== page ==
Engine running pens – Listed Grade II

The engine running or detuning pens were originally built to test the aircraft engines for the Hunter.

Three pens were arranged in a curve. One has been completely removed.

Of the two remaining; the unique example survives that was used to test all ‘jump jets’ or VTOL. The VTOL pen is lined with metal sheeting and sound absorption. Channels below ground take extract for the jets nozzles. Historical significance is for the development of the ‘jump jet’, P1127 through to the Harrier. All aircraft engines were tested and run here before being assembled and shipped worldwide.

The two engine running pens were given Grade II Listed Building status in December 2017.  Historic England’s detailed Listing report

The first P.1127, XP831, in the ground running pen at Dunsfold with Rolls-Royce representative John Vowles in the cockpit.  Photo courtesy BAE Systems via Brooklands Museum
Pen Construction 1960’s: BAE Systems via Brooklands Museum
Hawk 200 in Engine Running Pen (1980s) (courtesy Brooklands Museum archive)

Engine running pens

 

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Compass Swing Base

Circular concrete platform marked out in degree divisions accurately aligned with local magnetic north. The aircraft is placed on the pad in a series of angular positions and the reading of the aircraft’s magnetic compass is compared with the true heading on the pad. The aircraft system is then adjusted to match and any unresolvable residual errors are recorded. This process is called ‘swinging the compass’. A magnetic compass on an aircraft is influenced by the magnetic materials and components in the aircraft. Nearly all airfield had such bases, but they are now rare due to commercial pressures for space.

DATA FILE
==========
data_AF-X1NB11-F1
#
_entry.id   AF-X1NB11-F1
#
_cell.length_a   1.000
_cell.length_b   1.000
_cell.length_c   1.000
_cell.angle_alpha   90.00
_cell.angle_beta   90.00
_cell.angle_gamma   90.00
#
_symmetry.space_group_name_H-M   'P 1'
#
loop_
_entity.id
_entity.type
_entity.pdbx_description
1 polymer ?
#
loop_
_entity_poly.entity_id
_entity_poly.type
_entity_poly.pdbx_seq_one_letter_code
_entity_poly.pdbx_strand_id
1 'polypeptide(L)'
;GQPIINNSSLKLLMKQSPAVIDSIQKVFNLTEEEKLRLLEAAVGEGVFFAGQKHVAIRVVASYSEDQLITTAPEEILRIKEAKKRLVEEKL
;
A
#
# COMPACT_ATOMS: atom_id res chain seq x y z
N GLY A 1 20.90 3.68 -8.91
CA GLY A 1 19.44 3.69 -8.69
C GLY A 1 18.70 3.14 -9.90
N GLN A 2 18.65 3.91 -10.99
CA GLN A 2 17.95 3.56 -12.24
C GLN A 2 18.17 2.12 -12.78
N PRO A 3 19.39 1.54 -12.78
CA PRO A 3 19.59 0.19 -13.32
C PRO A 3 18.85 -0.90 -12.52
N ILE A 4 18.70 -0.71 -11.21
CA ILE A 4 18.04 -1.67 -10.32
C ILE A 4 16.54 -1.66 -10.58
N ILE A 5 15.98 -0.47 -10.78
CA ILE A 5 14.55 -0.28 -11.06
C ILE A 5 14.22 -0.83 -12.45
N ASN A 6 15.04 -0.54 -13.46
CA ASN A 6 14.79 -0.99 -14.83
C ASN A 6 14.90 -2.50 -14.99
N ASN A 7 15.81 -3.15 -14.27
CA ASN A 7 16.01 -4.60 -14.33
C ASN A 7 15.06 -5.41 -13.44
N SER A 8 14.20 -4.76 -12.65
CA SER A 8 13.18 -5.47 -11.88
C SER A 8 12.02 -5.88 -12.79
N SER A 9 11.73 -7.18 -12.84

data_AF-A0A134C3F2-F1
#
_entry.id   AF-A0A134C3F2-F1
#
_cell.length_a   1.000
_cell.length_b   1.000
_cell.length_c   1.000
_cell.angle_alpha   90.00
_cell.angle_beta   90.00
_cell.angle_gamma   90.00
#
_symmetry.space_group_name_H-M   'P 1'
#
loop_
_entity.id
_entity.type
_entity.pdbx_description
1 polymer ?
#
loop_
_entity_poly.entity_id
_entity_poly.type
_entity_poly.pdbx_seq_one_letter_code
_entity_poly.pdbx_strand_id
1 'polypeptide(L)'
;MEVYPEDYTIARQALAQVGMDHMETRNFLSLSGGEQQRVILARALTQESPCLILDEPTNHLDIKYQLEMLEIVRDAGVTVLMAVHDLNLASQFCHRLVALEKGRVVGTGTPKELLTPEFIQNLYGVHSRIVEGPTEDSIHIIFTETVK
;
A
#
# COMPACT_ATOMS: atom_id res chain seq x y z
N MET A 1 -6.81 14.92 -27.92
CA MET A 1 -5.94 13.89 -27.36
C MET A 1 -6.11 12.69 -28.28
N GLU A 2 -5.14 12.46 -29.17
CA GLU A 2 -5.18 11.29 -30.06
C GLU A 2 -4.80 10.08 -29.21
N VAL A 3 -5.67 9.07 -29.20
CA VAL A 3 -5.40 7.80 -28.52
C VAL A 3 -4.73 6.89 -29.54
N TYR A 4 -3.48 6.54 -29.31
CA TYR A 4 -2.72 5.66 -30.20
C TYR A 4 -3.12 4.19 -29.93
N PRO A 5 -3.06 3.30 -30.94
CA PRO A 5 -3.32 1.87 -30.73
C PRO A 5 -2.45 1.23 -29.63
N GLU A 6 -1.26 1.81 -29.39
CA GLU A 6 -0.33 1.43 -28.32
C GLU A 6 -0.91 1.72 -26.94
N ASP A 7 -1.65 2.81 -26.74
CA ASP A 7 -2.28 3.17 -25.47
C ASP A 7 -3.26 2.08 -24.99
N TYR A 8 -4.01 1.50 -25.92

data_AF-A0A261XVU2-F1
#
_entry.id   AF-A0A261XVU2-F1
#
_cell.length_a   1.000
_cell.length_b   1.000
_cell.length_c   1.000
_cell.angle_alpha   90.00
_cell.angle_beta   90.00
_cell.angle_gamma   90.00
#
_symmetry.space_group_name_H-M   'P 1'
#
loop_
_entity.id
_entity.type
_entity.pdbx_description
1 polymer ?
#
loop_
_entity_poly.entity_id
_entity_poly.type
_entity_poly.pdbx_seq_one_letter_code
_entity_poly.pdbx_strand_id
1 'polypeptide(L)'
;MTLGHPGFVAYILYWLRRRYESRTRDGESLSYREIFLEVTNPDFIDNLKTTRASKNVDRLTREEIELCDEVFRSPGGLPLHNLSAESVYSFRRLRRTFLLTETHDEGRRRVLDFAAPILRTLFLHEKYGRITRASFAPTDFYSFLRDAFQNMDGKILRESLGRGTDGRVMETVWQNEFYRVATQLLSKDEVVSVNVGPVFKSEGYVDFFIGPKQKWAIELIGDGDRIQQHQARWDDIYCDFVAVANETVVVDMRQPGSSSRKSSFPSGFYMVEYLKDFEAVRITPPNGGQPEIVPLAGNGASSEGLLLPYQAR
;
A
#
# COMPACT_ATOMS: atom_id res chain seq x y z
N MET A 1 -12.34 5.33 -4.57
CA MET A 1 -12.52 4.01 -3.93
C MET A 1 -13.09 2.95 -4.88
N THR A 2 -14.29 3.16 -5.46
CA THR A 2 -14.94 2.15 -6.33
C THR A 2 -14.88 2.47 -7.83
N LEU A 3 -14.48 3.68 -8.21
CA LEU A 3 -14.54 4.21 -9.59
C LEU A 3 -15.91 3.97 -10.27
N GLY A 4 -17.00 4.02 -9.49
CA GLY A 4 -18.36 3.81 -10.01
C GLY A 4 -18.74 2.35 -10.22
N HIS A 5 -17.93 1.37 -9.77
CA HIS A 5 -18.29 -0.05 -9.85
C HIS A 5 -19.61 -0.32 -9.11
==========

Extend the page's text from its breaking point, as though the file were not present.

Compass swing base


Please note: The aerodrome is private land and an active airfield. Access is not permitted to some of the buildings and features and we strongly discourage access without permission.

Bofors Gun Emplacement

Bofors Gun Emplacement
Bofors Gun Crew Hut
Bofors Gun Emplacement

Please note: The aerodrome is private land and an active airfield. Access is not permitted to some of the buildings and features and we strongly discourage access without permission.

Control Tower

WWII Watch Office stands in the centre of the northern side of the main runway industrial heritage. The majority of these types of buildings on airfields have been removed.

Latter known as a Control Tower, the visual control room [VCR] was added to bring it in line with air traffic control – steel framed clad with anti-glare glass. Precast concrete stair internally.

Designed by the architect: Frank H Lambert and has the Dwg No: 12779/41. It is a rare example that includes the latter Air Traffic Control (ATC) to second floor.

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1950s Control Tower interior
1951 ControlTower

Dunsfold Control Tower
2016 Dunsfold Control Tower
1986 Dunsfold Control Tower